NO-POLE imagines the Arctic as an algorithmic wilderness, experienced through a tourist expedition in a Chinese warehouse.

The project emerges as an unintended consequence of the ongoing territorial dispute in the Arctic, where data has become the currency of sovereignty. The scramble to claim the 1.1 million square mile area surrounding the North Pole, currently international waters, is fueled by the promises of global warming: access to troves of untapped resources below the seabed and control over new shipping routes through the thawing sea ice.

The Arctic remains one of the least accessible and least studied regions in the world, a continuously shifting landscape of water and ice. For this reason, we are increasingly outsourcing our understanding of the territory to algorithms. Piles of data and meta-data are autonomously harvested from the landscape and plugged into scientific models, which attempt to reconstruct the original territory. These models are inevitably an abstraction of the original: shaped by what is considered typical or atypical, important or peripheral. It is therefore dangerous to simply assume that more data equals more reality.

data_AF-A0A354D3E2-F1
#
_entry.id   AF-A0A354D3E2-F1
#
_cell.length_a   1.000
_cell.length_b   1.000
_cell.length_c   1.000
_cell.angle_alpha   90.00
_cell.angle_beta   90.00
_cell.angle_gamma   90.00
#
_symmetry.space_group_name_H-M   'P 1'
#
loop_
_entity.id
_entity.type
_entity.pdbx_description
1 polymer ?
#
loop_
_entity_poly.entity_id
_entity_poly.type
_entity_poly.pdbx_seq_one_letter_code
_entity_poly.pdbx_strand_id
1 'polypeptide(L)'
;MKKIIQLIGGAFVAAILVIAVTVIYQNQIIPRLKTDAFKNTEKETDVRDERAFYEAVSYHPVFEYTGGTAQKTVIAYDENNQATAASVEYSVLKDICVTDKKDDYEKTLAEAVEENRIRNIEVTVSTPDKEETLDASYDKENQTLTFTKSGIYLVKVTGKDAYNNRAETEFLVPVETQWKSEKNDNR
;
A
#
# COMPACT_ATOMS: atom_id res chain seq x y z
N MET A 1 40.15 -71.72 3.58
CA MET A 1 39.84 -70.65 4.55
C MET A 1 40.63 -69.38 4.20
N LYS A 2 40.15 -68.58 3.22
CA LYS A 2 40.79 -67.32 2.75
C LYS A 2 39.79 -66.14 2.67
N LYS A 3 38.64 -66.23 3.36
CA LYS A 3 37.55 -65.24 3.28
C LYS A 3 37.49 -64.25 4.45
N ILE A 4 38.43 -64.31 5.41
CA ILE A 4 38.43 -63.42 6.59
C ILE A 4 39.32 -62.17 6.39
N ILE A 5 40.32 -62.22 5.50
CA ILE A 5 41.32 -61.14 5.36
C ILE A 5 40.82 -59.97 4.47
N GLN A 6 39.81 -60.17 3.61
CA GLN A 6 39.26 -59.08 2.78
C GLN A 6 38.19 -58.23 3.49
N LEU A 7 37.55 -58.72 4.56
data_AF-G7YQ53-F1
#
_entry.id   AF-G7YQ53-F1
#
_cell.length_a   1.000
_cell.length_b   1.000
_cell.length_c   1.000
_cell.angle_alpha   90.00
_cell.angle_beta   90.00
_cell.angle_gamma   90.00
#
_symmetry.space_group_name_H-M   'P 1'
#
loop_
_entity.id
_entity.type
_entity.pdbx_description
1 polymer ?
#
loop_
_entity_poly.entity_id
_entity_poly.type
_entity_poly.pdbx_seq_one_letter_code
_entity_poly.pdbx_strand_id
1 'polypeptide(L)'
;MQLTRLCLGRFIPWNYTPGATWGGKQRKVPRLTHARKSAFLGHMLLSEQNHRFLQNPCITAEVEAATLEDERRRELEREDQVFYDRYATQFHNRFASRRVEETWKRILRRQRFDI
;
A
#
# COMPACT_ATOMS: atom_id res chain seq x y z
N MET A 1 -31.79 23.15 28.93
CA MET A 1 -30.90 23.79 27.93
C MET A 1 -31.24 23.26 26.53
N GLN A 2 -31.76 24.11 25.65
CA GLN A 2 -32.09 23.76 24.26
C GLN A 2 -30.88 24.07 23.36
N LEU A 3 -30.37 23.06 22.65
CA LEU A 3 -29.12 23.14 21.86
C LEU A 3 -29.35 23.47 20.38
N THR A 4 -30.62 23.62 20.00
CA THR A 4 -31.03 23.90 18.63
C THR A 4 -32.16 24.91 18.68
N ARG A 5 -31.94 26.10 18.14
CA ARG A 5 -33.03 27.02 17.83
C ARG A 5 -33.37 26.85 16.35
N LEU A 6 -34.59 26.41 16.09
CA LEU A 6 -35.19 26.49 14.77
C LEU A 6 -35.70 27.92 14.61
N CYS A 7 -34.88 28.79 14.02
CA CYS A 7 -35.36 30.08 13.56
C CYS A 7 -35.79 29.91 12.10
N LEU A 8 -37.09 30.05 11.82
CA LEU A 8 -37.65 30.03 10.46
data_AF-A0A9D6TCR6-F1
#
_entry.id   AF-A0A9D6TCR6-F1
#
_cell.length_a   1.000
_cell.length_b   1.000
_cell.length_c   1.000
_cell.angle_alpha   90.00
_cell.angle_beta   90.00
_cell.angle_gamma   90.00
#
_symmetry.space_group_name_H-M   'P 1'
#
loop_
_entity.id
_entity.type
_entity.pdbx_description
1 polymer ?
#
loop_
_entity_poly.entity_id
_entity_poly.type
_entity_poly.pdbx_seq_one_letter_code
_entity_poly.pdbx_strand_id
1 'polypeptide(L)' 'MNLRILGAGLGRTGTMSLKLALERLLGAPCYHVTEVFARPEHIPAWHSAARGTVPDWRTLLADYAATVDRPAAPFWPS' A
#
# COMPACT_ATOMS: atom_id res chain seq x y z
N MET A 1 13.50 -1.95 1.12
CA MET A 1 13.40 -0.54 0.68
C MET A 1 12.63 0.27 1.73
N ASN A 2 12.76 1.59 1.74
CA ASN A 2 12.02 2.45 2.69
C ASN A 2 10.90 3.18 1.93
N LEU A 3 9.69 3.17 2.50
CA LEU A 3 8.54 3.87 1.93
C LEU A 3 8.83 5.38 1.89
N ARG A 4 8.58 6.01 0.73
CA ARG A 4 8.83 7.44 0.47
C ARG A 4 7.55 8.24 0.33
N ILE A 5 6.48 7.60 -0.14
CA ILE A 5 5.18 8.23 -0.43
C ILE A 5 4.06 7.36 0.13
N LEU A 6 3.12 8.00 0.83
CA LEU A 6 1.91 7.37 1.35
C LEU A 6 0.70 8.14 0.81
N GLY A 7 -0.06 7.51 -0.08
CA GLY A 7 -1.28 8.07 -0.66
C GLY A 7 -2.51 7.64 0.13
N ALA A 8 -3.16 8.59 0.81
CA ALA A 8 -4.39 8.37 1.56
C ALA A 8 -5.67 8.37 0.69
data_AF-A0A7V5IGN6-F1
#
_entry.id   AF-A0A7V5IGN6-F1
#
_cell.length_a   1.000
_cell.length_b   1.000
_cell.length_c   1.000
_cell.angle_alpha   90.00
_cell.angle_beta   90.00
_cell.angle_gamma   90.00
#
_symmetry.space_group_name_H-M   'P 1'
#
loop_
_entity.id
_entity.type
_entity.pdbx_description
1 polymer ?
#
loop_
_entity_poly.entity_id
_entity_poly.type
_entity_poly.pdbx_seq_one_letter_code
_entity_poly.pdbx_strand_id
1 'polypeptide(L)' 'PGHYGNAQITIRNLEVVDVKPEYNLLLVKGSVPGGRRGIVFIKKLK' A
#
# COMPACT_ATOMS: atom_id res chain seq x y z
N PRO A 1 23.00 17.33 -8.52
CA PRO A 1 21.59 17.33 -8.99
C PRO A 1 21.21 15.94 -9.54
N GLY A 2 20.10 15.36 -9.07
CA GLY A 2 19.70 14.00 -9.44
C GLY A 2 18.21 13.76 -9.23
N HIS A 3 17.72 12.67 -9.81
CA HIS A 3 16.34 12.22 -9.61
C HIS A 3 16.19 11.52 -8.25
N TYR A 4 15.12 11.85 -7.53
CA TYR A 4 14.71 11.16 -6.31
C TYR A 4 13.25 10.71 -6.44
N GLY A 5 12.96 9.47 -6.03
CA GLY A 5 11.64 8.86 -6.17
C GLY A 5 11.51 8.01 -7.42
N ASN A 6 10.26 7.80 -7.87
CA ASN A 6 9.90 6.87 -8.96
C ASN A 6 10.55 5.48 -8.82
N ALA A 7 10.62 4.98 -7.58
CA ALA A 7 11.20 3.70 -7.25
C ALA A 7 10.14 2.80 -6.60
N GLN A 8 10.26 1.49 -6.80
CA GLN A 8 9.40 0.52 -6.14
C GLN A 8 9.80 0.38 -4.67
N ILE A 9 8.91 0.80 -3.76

In spite of this, we rely on algorithms to navigate the Arctic and govern geopolitics; to map sovereign borders, chart untapped resources, monitor wildlife, and predict next year’s ice extent. In this process of outsourcing the unseen, territorial algorithms are granted a position of agency. Might alternate models of reality emerge: non-Western and post-human?

NO-POLE is part of the Mellon-funded Sawyer Seminar Series - Imaginative Mobilities, hosted by faculty at Parsons and the New Schol for Social Research (NSSR)